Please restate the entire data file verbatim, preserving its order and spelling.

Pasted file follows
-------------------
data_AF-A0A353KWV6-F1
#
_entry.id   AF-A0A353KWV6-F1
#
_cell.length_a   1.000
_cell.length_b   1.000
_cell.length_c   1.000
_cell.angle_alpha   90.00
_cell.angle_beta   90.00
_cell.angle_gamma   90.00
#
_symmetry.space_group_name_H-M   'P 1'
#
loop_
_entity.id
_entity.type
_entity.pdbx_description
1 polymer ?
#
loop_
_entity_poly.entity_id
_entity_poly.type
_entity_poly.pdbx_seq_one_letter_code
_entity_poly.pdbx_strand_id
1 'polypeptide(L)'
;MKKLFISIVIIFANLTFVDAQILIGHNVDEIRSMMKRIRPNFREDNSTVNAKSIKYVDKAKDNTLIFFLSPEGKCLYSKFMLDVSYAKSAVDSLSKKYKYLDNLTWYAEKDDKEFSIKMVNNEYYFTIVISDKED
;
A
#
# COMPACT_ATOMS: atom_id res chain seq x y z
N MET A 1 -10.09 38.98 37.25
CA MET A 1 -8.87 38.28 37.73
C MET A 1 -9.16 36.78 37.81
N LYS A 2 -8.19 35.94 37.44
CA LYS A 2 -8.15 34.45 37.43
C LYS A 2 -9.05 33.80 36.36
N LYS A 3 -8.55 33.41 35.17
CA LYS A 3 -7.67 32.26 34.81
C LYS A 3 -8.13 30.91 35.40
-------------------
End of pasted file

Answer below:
data_AF-A0A353KWV6-F1
#
_entry.id   AF-A0A353KWV6-F1
#
_cell.length_a   1.000
_cell.length_b   1.000
_cell.length_c   1.000
_cell.angle_alpha   90.00
_cell.angle_beta   90.00
_cell.angle_gamma   90.00
#
_symmetry.space_group_name_H-M   'P 1'
#
loop_
_entity.id
_entity.type
_entity.pdbx_description
1 polymer ?
#
loop_
_entity_poly.entity_id
_entity_poly.type
_entity_poly.pdbx_seq_one_letter_code
_entity_poly.pdbx_strand_id
1 'polypeptide(L)'
;MKKLFISIVIIFANLTFVDAQILIGHNVDEIRSMMKRIRPNFREDNSTVNAKSIKYVDKAKDNTLIFFLSPEGKCLYSKFMLDVSYAKSAVDSLSKKYKYLDNLTWYAEKDDKEFSIKMVNNEYYFTIVISDKED
;
A
#
# COMPACT_ATOMS: atom_id res chain seq x y z
N MET A 1 -10.09 38.98 37.25
CA MET A 1 -8.87 38.28 37.73
C MET A 1 -9.16 36.78 37.81
N LYS A 2 -8.19 35.94 37.44
CA LYS A 2 -8.15 34.45 37.43
C LYS A 2 -9.05 33.80 36.36
N LYS A 3 -8.55 33.41 35.17
CA LYS A 3 -7.67 32.26 34.81
C LYS A 3 -8.13 30.91 35.40